W3C home > Mailing lists > Public > www-style@w3.org > July 2003

Re: Color: auto, or colour fallbacks

From: Jens Meiert <jens.meiert@erde3.com>
Date: Sat, 5 Jul 2003 17:46:30 +0200 (MEST)
To: David Woolley <david@djwhome.demon.co.uk>
Cc: www-style@w3.org
Message-ID: <11565.1057419990@www4.gmx.net>

> which would cause the browser to choose a colour for maximum contrast
> with the background colour and any of the other possible foreground colour
> states of the element. 

I rather want to believe in each Web developer's responsibility to create
valid, usable and accessible Web pages (although that ain't likely, I know)
than to force all layouts being 'raped'. So I don't agree, and I guess all
developers work is obsolete when every user-agent overrides site layout.

Second, if you begin allowing not only maximum contrast (I guess you mean
black text on white background) but even alternative and still readible
alternatives, you'll IMO get a definition problem -- what is 'enough' contrast? #000
on #EEE? Or #036 on #9CF, is this okay, since user-agents have to calculate
acceptable values for maybe 'color: auto'?

Only some thoughts.


Best regards,
 Jens Meiert.



> 
> A few weeks ago, I turned off author colours in my office IE (to 
> view a mobile phone operator's site where detail text was in white
> on white (presumably controlled by scripting).  I've kept it that 
> way because it makes most sites easier to read, and, particularly,
> because it re-enables the visited link function in the browser, which
> authors often frustrate.
> 
> Given that authors still seem to want to control colours and in
> particular link colours, it occurs to me that a facility, primarily
> for user styles sheets, to let the browser choose a colour that maintains
> a distinction between pseudo-classes, background and foreground, would
> allow some compromise between user needs and author wishes.
> 
> The initial thought were:
> 
> color: auto
> background-color: auto
> 
> which would cause the browser to choose a colour for maximum contrast
> with the background colour and any of the other possible foreground colour
> states of the element.  However more control might be possible if there
> were a choice list of colours, with auto as a possible last choice.
> 
> The algorithm for auto colours really also needs to be under user as well
> as browser control.  A browser may know the characteristics of the display
> hardware, but doesn't know whether the user has colour vision defects.
> 
> Getting more complicated would be a facility to specify the degree of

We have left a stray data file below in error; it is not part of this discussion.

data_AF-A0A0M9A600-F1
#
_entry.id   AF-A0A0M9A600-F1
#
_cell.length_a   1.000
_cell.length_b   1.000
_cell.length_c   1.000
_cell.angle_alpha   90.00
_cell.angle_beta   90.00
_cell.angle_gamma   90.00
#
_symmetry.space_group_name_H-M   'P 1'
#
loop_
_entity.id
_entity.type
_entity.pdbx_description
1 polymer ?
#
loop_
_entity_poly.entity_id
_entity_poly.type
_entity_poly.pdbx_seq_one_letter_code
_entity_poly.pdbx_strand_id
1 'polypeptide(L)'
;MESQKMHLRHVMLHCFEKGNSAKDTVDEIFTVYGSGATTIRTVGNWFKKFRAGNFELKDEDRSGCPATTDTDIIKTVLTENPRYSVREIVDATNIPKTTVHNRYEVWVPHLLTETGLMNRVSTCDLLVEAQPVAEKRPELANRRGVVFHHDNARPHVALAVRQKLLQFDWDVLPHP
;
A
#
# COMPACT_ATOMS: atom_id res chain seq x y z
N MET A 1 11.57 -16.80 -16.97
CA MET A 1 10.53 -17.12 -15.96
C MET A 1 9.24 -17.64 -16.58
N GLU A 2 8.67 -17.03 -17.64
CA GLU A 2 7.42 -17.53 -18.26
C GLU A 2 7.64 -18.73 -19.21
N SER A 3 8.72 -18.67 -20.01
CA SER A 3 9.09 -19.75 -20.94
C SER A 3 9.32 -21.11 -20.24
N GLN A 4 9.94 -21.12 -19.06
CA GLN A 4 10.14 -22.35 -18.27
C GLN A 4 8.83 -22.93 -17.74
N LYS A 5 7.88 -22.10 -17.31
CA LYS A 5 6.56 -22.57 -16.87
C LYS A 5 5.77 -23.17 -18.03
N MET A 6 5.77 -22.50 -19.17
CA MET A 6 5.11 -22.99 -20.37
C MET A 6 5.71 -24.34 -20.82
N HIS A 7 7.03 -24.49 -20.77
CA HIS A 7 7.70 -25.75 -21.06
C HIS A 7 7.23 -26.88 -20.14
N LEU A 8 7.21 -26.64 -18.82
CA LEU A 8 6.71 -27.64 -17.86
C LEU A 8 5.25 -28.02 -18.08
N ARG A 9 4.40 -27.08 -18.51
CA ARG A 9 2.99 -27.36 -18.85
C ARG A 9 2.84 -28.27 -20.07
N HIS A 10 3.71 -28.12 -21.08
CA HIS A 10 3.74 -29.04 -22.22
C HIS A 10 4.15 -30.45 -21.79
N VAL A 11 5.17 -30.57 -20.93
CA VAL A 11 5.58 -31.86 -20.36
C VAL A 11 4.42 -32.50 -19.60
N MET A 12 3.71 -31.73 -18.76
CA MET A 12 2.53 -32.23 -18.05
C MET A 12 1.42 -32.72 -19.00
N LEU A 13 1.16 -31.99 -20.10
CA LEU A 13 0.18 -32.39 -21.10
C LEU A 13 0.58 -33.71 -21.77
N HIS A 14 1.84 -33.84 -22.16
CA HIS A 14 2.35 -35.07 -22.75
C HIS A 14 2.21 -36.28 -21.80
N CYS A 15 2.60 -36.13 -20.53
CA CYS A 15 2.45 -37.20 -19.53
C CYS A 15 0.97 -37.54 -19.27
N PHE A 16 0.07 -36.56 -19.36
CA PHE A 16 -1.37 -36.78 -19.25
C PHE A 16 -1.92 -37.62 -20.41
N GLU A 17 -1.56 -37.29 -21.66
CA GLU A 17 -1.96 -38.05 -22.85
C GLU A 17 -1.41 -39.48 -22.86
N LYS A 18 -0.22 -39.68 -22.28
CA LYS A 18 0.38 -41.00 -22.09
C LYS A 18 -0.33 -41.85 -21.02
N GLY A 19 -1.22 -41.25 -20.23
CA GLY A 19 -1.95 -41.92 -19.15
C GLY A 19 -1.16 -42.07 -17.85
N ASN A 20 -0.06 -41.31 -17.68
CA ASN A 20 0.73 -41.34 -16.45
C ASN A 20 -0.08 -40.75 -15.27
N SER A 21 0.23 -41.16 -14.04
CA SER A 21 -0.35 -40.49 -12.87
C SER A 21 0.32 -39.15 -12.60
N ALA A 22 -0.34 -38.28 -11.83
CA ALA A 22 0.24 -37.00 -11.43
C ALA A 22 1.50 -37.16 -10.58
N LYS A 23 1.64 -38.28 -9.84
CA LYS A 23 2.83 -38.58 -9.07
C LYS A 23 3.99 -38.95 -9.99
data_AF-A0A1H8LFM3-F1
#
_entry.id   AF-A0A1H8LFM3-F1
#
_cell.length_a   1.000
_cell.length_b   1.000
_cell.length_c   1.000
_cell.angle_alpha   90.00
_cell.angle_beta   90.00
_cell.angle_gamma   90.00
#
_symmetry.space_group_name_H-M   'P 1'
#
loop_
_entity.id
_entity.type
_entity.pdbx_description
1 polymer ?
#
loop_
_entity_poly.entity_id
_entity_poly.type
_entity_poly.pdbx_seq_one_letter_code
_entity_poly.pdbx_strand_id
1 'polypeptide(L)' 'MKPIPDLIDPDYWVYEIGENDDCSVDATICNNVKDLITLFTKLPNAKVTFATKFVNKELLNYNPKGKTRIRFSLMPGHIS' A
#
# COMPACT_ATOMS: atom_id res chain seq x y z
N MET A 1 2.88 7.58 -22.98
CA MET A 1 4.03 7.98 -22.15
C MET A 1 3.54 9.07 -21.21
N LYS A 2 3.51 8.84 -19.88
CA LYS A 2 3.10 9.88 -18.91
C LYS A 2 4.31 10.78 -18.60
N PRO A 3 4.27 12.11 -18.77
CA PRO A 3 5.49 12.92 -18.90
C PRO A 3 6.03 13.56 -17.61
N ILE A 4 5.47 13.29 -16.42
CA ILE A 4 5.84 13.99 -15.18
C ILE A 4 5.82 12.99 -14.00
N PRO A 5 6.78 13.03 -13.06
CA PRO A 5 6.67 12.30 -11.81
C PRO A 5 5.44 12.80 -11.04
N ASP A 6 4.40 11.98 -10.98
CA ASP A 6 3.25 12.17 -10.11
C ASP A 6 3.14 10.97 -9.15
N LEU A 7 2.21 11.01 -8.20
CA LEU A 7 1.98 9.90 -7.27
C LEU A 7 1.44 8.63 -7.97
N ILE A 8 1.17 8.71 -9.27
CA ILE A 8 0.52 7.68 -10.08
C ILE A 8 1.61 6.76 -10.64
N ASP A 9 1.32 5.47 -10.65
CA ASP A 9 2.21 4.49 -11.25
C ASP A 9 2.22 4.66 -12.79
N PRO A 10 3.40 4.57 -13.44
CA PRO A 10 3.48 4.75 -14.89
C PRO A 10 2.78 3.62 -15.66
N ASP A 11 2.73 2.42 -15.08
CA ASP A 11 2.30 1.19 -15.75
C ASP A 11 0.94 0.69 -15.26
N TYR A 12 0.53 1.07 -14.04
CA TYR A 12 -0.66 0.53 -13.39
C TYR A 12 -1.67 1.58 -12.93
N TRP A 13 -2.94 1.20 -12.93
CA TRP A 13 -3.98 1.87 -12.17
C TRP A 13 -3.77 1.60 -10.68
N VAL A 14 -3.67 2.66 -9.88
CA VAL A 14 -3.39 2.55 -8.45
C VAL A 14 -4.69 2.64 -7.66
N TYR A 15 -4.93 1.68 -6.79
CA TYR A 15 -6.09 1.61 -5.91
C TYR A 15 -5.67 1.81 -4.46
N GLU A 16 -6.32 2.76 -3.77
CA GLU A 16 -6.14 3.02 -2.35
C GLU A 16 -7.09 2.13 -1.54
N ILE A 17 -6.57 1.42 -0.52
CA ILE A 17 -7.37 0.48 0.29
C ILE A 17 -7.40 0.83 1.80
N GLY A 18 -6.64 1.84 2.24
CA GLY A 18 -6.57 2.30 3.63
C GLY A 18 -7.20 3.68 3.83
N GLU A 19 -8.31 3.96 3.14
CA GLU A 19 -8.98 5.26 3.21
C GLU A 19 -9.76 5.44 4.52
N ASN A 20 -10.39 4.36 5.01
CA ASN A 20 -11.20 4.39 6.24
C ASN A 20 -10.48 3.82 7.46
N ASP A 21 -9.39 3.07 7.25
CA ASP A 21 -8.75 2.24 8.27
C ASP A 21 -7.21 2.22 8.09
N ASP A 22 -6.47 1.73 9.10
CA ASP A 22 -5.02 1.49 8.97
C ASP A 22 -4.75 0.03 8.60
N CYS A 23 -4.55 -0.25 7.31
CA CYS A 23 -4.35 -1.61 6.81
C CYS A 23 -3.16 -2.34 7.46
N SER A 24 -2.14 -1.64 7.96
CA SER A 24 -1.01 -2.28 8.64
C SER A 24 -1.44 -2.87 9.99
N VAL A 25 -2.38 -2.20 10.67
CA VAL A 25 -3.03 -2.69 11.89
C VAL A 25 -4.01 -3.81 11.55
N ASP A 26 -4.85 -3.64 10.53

> contrast before the auto mode stepped in.  E.g. with the white on white
> case,
> there is no contrast, so an auto color for the non-pseudo classed element
> ought to kick in and turn this to black on white (a problem for some
> keyword
> stuffing techniques!), but, where there was some contrast, the user could
> choose how far the browser would go in respecting the author colours.
> 
> I think that there ought to be a MAY clause allowing user agent to take
> account of the page as a whole when choosing an auto colour.  auto should
> inherit as though it were a computed value, although the user agent
> may/should remember the computed value of the actual colour used, so that,
> for example, small shifts in background colour don't cause a change in 
> foreground colour unless the contrast is degraded too far.  (The suggested
> MAY clause would allow the user agent to use the first auto colour when
> it found the second background colour, not as a descendant, either by
> treating it as a descendant for that decision, e.g. if it had not seen
> the background as a real descendant, or remembering that it had made the
> same compromise when it was a real descendant.  Whilst the MAY clause 
> also allows a global solution, with fixups, it could cause a useful
> improvement even with once only incremental rendering.)
> 
> A weakness of this approach is that it doesn't allow a user to force all
> links to contrast, but have the same colour in visited and active pseudo
> classes, as simply overriding the authors equal colours for all of them
> would force all the colours to be distinct.  I don't think that the
> following,
> as a way of requesting that, would be really in the spirit of CSS:
> 
> :link, :visited, :active  { color: auto; } /* not suggested */
> 
> This, I think, represents, in part, an awkwardness in these pseudo
> classes. 
> This example would work better if :link were really a[href] and :active
> and
> :visited where treated as inheriting from that, so that color: inherit
> could
> cancel the author styling.  However the milk is already spilt.
> 
> To be useful, except where authors underspecify colours and create a
> poor contrast with a browser default, this will almost always have an
> !important qualifier.  Also, being a user style sheet, there need not be
> a physical style sheet to edit; it might be implemented by other means in
> the browser HCI.  However specifying in style sheet terms still creates
> a model of behaviour that may encourage implementation.
> 



-- 
Jens Meiert

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Received on Saturday, 5 July 2003 11:46:55 GMT

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